A Free School for the Deaf and Dumb About 30 children were in the classroom. There was no noise or any disturbance. However their hands and other body parts were moving in order to communicate. They were using sign language amongst themselves, all of them deaf and dumb. They laugh and cry, experience joy and sorrow, but their language is incomprehensible to someone listening in from the outside. This is a scene of everyday life at a small school in Sylhet city's Shahi Eidgah area. It is named Shahjalal Muk Bodhir School (Shahjalal School for the Deaf and Dumb). All the children are from poor family backgrounds. This small institution is run by a man who does it solely out of his sense for charity.
“I had been to the capital for the treatment of my daughter, who became seriously ill and turned deaf and dumb when she was only 3. I ran from one place to another, from one doctor to another, but found nothing comfortable. This seemed to be too time consuming and costly for a man like me”, said, Zahir Alam, a man who runs a private motor driving center in Sylhet for his living. “My situation felt impossible. I felt that I might be better of if I just committed suicide since I couldn't even take care of my little girl.” Now Zahir, along with his daughter passes sleepless nights in the capital.
Suffering from typhoid his first child Aziza Alam Nipa turned dumb at the age of 3. This was in 2004. Zahir Alam narrates, “I can't forget those days, as my daughter was a normal child like many others until she got sick.”
Getting no scope for treatment of his daughter in Dhaka, since those are too costly, Zahir dropped the idea. But, some people advised him to arrange schooling for her. He managed to get her admission into a school in Dhanmondi. She achieved much in a short time, which raised her father's confidence in her abilities. But keeping her in a residential school was just too expensive. “Then I felt that there were many things I could do on my own”, Zahir says..
Zahir then returned to Sylhet and talked to people and learnt about many children like his own. Most of them, took it as their fate, but he didn't. At one point, Zahir decided to start something on his own. Many people, including some of his relatives discouraged him considering such a venture to be a costly thing. Also, they guessed it would not be possible for a man like Zahir to run.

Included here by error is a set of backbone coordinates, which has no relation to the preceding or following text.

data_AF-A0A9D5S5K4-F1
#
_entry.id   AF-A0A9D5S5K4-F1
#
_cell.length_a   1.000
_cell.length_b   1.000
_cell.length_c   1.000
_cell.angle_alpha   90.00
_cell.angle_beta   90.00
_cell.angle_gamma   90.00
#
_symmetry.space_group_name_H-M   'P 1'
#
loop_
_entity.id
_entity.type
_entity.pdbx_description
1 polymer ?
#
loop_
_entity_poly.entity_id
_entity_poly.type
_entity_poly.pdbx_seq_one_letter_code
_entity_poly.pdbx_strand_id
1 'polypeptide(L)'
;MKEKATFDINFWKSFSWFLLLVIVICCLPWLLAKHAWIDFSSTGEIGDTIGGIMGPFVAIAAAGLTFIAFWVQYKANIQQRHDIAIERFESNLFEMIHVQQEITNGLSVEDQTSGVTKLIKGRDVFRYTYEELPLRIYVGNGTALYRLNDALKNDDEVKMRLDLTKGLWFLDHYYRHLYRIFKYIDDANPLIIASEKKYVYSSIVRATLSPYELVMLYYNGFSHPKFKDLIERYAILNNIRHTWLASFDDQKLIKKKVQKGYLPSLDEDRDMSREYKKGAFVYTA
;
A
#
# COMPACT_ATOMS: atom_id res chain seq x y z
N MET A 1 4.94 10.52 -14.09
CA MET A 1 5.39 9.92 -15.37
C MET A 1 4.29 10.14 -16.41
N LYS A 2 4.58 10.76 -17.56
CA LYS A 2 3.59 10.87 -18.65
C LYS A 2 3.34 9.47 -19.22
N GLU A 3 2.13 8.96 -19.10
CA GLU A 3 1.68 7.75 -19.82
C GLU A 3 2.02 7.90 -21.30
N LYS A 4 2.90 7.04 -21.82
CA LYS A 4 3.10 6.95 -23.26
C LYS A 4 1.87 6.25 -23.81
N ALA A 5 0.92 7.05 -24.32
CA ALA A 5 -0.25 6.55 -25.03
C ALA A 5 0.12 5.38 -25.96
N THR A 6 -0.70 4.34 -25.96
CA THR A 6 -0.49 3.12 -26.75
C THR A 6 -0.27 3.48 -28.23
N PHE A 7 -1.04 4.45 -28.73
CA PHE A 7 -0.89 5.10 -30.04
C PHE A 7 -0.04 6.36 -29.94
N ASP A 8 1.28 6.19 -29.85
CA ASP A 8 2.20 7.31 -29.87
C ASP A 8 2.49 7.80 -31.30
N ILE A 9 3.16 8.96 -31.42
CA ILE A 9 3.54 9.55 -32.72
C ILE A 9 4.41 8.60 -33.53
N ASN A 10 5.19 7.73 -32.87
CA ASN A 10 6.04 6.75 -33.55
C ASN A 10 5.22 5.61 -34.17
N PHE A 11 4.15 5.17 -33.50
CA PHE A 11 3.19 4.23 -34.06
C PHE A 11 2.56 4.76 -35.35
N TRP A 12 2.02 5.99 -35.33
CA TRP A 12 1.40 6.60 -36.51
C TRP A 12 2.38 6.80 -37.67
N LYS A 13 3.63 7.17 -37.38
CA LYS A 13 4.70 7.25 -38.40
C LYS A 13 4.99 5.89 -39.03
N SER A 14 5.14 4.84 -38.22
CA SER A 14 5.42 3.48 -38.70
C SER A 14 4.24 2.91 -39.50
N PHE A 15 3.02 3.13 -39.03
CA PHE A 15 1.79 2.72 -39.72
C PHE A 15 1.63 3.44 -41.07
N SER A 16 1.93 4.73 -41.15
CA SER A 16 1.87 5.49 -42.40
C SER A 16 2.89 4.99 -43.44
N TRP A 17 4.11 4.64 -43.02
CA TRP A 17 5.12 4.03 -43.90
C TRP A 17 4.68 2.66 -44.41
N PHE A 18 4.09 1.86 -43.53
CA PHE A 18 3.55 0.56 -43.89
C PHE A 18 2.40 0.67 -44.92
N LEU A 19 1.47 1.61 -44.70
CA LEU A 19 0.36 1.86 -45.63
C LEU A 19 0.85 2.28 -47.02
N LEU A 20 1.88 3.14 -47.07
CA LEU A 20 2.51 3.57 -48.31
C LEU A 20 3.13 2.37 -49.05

But, he carried on. Zahir and his wife Ambia Alam took training on sign language in the capital. Also Zahir sent his younger daughter Ripa and some others to Dhaka for training in sign language, so that they could start teaching the others. And so his school started in one part of a rented house. It started on the morning of 30 May of 2005. Now, Zahir's elder daughter, disabled Nipa, and younger daughter Khadiza Alam Sony (also a student of class X, at a high school) take classes, as they had taken training on sign language form Dhaka. Besides, four others are there for teaching. They were also given training in sign language from the capital. However, the teachers are just given a lump sum amount as an honorarium.
As I entered, all the children in the classroom stood up and gave their salam. There was no noise. A class was going on that time in the congested room of the 3-storied house. They were all from financially insolvent families. They were happy to see some people, who came to see them and the schooling.
In the small waiting room nearby, Sokhina Khatun from the city's Mirabazar area said, “I do run my family on my labor.” Sokhina's husband divorced her 3 years ago, after their 3-year child Ritu went deaf. She serves as home-worker. Every day, I take my daughter to this school and back. She has learnt many things,” Sokhina adds. “She will go further inshallah, if the school runs this way. But, we don't know how it will run, since we can't pay the school”, she said.
He started the school with only 15 children, but now there are 130 in 2 batches. They are aged between 6 and 22 years. Guardians from miles away also do come with their children. No fee is charged while National Curriculum is followed here. Occasionally, some people come with whatever they can do to help. The provide notebooks and other things. “The boys and girls are brilliant in the real sense and so they can learn things easily,” Zahir adds, “I will try my best to make the school live on. The mayor and the acting mayor of the Sylhet City Corporation and some other leading people visited the small school at times. All had praised the venture.”
(R) thedailystar.net 2007